Monday, 11 December 2017

Use a licensed agent

RICHARD Maby, who works at the Henley branch of Savills, has worked in lettings for a long time

RICHARD Maby, who works at the Henley branch of Savills, has worked in lettings for a long time so you can trust his local knowledge. He told Standard Property all about the advantages of using a licensed agentâ?¦

“IT may come as a shock to hear that there is no legal obligation for a lettings agent to be licensed. In theory, anyone can set up an agency and take rent and deposits without someone checking or regulating whether they are either qualified or competent.

“So how can a consumer tell that the agent they are choosing is licensed rather than unlicensed, and what is the difference?

“Firstly, establish the agent you choose to use is a member of a professional body such as ARLA (Association of Residential Lettings Agents); RICS (Royal Institution of Chartered Surveyors); or NALS (National Approved Letting Scheme).

“These bodies regulate the private rented sector, acting completely independently from their member agents.



“They require their members to follow their Code of Practice and Rules of Conduct, continuously keeping up to date with the latest legislative changes and regulations affecting lettings and ensuring there is a Client Money Protection Scheme (CMP) in place so should the agent go into liquidation or disappear, there is some protection covering the deposits and any rents held by the agent.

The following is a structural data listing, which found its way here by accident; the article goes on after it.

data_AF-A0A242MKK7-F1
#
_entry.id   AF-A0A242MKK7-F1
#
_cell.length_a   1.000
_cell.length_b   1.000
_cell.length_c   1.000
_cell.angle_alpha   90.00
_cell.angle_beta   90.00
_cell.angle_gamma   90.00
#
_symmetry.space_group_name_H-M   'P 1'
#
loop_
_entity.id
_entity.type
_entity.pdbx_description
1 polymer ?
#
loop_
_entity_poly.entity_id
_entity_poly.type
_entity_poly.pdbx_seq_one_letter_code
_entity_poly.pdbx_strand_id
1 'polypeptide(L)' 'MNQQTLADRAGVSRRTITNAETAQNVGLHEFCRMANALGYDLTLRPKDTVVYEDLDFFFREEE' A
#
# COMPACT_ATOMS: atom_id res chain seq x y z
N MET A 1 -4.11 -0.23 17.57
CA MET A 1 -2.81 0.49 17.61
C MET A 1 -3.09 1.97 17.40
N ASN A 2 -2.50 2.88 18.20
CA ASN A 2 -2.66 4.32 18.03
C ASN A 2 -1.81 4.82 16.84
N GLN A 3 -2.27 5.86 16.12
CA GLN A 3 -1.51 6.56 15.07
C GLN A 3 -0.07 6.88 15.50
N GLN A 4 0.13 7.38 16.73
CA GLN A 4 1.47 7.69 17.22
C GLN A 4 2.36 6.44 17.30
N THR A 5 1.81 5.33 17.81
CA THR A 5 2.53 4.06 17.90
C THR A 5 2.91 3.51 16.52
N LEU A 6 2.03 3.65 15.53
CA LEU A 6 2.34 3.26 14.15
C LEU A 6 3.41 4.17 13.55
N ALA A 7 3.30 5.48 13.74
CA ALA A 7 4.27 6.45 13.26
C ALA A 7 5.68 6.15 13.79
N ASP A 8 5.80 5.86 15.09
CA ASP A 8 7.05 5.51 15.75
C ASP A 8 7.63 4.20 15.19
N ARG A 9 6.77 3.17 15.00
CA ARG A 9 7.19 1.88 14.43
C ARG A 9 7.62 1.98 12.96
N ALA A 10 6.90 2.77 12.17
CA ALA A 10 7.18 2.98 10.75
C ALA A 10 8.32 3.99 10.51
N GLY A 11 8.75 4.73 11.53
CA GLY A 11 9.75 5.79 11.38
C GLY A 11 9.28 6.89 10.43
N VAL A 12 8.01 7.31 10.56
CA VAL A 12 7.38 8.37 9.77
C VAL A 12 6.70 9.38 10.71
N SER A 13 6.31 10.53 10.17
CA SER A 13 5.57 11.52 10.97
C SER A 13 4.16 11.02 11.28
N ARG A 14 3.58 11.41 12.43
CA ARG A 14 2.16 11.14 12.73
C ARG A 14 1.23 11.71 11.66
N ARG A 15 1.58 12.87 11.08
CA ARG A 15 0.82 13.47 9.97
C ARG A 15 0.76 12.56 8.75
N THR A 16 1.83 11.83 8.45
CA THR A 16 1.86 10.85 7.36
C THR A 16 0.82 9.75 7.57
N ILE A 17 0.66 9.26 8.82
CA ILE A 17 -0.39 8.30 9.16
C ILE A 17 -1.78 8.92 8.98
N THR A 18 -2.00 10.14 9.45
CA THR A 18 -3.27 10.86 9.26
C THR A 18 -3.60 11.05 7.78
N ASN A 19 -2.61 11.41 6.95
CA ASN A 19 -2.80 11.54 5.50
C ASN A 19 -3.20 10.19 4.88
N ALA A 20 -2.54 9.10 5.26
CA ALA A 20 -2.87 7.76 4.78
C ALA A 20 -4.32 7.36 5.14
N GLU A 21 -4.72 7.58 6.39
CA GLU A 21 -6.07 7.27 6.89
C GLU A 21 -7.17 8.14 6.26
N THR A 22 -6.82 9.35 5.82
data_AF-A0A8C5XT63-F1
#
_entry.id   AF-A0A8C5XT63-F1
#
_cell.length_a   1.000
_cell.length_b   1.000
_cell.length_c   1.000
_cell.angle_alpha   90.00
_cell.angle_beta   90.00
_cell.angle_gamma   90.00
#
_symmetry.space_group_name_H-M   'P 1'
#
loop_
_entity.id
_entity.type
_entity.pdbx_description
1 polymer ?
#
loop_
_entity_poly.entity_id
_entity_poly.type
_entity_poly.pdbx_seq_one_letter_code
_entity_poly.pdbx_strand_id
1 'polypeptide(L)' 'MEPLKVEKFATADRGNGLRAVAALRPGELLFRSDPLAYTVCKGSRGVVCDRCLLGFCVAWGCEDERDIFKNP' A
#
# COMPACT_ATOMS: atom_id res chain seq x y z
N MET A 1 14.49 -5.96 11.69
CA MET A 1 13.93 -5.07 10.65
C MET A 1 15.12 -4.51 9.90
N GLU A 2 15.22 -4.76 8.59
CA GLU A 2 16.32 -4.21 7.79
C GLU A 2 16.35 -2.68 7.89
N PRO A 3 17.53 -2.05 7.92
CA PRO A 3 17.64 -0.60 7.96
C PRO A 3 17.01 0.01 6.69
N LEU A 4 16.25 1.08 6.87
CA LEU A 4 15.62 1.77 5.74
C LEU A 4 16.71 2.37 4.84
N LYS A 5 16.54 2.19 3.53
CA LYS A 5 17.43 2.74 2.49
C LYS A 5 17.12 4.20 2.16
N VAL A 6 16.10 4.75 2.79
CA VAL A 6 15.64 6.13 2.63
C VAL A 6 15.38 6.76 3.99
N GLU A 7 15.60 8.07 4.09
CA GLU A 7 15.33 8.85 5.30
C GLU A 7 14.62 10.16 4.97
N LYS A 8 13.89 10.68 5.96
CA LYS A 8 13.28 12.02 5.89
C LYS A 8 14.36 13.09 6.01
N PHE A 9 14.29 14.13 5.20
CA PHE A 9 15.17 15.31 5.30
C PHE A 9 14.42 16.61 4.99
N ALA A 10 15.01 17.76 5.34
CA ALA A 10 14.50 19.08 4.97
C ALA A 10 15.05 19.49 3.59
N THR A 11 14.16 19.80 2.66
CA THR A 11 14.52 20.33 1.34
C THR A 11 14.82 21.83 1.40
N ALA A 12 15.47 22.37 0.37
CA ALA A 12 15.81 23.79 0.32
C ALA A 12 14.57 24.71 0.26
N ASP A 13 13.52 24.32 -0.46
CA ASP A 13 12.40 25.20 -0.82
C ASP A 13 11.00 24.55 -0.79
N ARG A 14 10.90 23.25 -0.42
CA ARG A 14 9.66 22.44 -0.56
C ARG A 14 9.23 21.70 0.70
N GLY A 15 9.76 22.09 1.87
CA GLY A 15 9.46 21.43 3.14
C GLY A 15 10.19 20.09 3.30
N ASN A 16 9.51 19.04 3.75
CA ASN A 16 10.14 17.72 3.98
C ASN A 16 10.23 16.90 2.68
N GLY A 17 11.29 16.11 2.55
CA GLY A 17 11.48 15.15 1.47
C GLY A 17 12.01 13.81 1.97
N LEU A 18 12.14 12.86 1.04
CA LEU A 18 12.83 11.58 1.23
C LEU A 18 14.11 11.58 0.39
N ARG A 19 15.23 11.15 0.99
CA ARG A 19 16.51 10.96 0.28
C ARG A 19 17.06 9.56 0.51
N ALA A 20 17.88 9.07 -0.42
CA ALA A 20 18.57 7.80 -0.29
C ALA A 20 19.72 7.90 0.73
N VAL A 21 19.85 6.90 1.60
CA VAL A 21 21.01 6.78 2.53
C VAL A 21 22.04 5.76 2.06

“As a minimum, along with CMP, agents are required to have the following:

“The provision of professional indemnity insurance in order to protect landlords and tenants from financial losses incurred through negligent or misleading advice.

“Defined accounting standards relating to clients’ money â?? in the case of Savills, we have a designated client account, where clients and tenants’ money is held completely separately from the operating funds of our firm and, as a result, is safeguarded.

“A customer complaints procedure, so if something goes wrong there is a system in place to follow. In October 2014, it became law for every lettings department in the country to belong to one of three mandatory redress schemes. Savills has long been a member of the Ombudsman Services: Property Redress Scheme, the membership of which ensures that, when a dispute arises and if, having undergone the company’s internal complaints procedure, the aggrieved party remains unhappy with the outcome, there is the opportunity for that party to raise the issue with the relevant redress scheme who will independently assess and evaluate the case and its outcome.

“Finally, to be a member of an ombudsman scheme.

“The potential legal and financial consequences of using an unlicensed agent in a sector which has grown  and continues to grow, increasingly litigious, are significant.

“Ultimately, the question a client or tenant should ask when deliberating over whether to choose a licensed agent is really, ‘can I afford not to?’”



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